The Representation of Women in Everyday Life in J’lem

“Egged cuts humans from J’lem bus ads,” reads a headline this morning. Soon there will be no humans in J’lem, only angels and jackals. Meanwhile, women still walk on J’lem’s streets. But what kind of women? One answer comes from Canaan Media, the ad agency with exclusive rights to place ads on Egged buses. According to Canaan, the women in Jerusalem cannot be represented in ads in sleeveless tops and if they appear at all (which they won’t, apparently) their sleeves must be elbow-length.

I always thought my elbows were my best feature. When I was younger, I would walk down Jaffa Road, turn left up Strauss, take a right on Prophets, a left on Tribes of Israel to the Street of One Hundred Gates. Behind me trailed a bunch of holy men who had dropped whatever business they had to do downtown to follow me, whispering in Hebrew, Yiddish, French, English, “Your elbows, oh your elbows.”

The more naughty men even tried to touch my elbows. That’s when I learned that, not only were they my strongest erogenous zone, they were also my strongest weapon. Not a few holy men received one of my elbows in their ribs.

If any words of Torah had been in their heads before their morning jaunt to downtown Jerusalem, the only words these holy men  could mutter after they saw my arms were, Elbow, Elbow, Elbow. Due to the first two letters of this word, their strong sexual desire got mixed up with religion. They interpreted this confusion as a message from their Evil Inclination.  

I saw this in their scared and confused eyes when I turned around to the group of men, now numbering in the hundreds, at the center of Sabbath Square. I folded my arms and raised my elbows heavenward. The holy men  shrunk. Then I clapped my elbows together, hiding my face, opened them abruptly, my lascivious elbows pointing east and west to the ends of the earth. I repeated this  clapping movement several times until most of the holy men were flat on their backs on the street, unable to control themselves. Some panted. Others wet their pants. Some foamed at the mouth. I had never known I had such power and, truth be told, rather enjoyed it.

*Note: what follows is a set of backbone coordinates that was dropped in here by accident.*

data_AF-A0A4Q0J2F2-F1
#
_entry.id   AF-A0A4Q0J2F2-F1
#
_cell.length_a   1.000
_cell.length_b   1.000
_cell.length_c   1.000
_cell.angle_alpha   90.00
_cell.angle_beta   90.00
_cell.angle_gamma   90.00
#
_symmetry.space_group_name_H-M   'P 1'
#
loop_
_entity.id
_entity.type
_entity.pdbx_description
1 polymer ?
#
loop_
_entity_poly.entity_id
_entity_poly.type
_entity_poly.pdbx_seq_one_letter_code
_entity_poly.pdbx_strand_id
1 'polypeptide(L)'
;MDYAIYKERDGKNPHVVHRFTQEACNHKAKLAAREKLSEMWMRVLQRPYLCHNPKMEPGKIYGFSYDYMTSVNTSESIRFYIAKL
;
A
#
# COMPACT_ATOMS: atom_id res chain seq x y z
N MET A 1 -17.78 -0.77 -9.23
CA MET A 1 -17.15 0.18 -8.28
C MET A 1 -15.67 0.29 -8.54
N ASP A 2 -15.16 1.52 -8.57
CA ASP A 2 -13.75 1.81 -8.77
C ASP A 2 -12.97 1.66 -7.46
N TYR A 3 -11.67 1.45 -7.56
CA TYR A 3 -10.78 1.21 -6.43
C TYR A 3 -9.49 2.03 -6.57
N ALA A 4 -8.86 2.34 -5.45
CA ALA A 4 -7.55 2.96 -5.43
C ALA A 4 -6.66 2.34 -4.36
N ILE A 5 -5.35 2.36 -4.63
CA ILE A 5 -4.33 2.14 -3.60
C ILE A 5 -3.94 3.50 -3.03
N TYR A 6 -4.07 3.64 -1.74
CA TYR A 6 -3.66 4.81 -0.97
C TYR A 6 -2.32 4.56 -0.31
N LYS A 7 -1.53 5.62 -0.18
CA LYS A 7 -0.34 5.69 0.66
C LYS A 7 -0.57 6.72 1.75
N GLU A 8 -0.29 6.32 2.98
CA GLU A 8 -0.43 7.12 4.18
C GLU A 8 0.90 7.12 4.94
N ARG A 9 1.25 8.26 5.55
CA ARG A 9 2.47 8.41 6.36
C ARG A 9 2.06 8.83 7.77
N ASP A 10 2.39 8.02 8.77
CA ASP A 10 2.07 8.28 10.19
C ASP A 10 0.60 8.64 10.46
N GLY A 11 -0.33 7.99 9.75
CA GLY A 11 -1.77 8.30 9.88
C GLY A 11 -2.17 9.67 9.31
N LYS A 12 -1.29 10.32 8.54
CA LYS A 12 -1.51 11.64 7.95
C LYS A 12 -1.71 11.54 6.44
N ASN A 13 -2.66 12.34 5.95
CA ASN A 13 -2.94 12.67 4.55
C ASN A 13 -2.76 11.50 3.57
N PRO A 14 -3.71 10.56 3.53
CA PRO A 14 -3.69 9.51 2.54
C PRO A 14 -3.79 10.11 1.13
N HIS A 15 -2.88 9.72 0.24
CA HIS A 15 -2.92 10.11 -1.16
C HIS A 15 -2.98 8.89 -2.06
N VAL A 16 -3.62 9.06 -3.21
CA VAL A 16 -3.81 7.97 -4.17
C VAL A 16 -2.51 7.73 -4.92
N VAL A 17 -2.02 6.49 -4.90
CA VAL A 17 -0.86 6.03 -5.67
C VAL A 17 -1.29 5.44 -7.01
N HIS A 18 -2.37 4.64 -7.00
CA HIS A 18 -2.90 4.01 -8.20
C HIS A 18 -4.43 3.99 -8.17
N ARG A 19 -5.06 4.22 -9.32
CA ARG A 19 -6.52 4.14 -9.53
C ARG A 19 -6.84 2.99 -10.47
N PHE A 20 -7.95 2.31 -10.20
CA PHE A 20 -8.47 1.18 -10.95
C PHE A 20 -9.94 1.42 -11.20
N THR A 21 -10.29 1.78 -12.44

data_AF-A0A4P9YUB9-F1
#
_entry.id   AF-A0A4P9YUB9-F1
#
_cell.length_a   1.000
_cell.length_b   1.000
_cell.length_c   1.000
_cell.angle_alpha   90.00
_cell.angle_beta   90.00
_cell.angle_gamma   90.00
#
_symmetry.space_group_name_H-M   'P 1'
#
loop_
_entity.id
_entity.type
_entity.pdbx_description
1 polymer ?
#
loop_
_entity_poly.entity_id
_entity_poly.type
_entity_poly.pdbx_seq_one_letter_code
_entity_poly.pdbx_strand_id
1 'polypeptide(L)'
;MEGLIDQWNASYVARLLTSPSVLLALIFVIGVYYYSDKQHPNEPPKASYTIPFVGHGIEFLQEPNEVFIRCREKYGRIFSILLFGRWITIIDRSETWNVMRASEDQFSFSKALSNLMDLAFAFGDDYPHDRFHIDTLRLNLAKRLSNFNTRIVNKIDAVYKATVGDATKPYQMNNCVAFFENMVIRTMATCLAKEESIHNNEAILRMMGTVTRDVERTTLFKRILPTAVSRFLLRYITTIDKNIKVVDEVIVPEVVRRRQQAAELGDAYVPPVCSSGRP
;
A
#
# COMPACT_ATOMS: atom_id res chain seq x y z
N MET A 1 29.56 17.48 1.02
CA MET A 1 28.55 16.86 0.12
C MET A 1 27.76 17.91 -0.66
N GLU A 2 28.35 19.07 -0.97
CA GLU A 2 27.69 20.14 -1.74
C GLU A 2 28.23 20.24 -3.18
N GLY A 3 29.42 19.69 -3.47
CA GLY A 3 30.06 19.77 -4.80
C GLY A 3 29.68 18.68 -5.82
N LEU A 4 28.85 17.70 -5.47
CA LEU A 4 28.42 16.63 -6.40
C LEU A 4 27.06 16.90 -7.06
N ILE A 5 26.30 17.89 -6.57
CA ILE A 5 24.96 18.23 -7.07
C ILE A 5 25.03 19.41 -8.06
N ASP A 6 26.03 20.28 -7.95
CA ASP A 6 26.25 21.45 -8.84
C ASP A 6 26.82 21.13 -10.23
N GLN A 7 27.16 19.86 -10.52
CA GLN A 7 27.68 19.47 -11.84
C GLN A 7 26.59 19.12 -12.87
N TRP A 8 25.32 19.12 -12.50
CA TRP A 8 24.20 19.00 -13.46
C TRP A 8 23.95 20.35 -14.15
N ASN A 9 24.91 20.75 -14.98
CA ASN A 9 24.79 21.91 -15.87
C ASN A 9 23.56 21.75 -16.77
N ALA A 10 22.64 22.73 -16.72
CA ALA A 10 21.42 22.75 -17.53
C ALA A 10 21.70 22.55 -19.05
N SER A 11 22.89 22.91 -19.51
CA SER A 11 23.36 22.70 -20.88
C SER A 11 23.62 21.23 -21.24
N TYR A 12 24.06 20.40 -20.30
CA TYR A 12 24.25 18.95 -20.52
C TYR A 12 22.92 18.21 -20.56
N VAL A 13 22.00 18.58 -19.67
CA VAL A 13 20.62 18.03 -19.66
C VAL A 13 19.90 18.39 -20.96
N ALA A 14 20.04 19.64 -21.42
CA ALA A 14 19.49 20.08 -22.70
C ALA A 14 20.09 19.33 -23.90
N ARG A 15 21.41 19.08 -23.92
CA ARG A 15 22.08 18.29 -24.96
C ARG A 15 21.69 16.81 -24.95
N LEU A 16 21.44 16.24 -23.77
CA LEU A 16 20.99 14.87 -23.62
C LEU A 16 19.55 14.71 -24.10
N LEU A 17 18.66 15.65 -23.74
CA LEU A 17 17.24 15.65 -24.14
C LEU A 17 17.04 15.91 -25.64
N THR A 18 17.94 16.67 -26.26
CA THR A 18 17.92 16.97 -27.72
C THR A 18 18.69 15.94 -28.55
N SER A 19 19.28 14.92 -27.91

Once all the holy men covered the Square and traffic from Kings of Israel came to a halt,  I belted in elementary Hebrew, Stop hounding me. My voice, like my elbows, was beautiful back then in my twenties, which caused the men to become even more helpless.

Fortunately, years later I left Jerusalem. Now I live .7 kilometers west of the Holy City. Life is normal here in the Judean hills, with only the cemetery and the forest separating me from insanity.  Of course, unlike angels, I’ve aged. My elbows are wrinkled, the skin chapped.

But my wrists, ahhh my wrists.  Whenever I do go up to Jerusalem and wait for the Light Rail on Jaffa Road, those wrists make the men go crazy.

About Judy Labensohn

I'm a writer and teacher of writing.
This entry was posted in Jerusalem, Protest, Uncategorized and tagged , , . Bookmark the permalink.

25 Responses to The Representation of Women in Everyday Life in J’lem

  1. Joan Leegant says:

    Judy, this post is just brilliant! I wrote a Comment on the blog. Just fantastic. You have a tiny typo in the sentence below: “…after they saw by arms were, Elbow, Elbow, Elbow.” I think you meant, after they saw MY arms…etc. What a wonderful post! I shall share it on my Facebook of course. Love, J


  2. Esther Hecht says:

    You wrote: “That’s when I learned that, not only were they my strongest erogenous zone, they were also my strongest weapon.” You and Paul Newman. Remember him in The Prize?
    I recently saw a horrific movie called The Whistleblower, about trafficking of teenage girls in Bosnia, in which someone makes a cynical comment about women being the collateral damage in wars. Clearly, they are the collateral damage in any patriarchal society or situation (wars and Street of the Hundred Gates included).
    Your whimsical take on this, however, is more powerful than any earnest argument.


  3. Michelle Shabtai says:

    Judy, this is brilliant!

    Sent from my iPhone


  4. Shosh says:

    When I heard the news about Egged’s decision to eliminate all humans from its advertisements rather than display women, I knew there was a blog in there. You hit the spot brilliantly.


  5. Frances Oppenheimer says:

    Judy you are too much, too funny, too wonderful and I am a coward that I didn’t write and defend you after those horrendous attacks from your last blog. I felt so sad that the people whose comments I managed to read before weeping couldn’t say “this is not the first example of senseless hatred we have seen round here, but this one was carried out by my people and I am horrified and ashamed”
    Love your elbows and your wrists!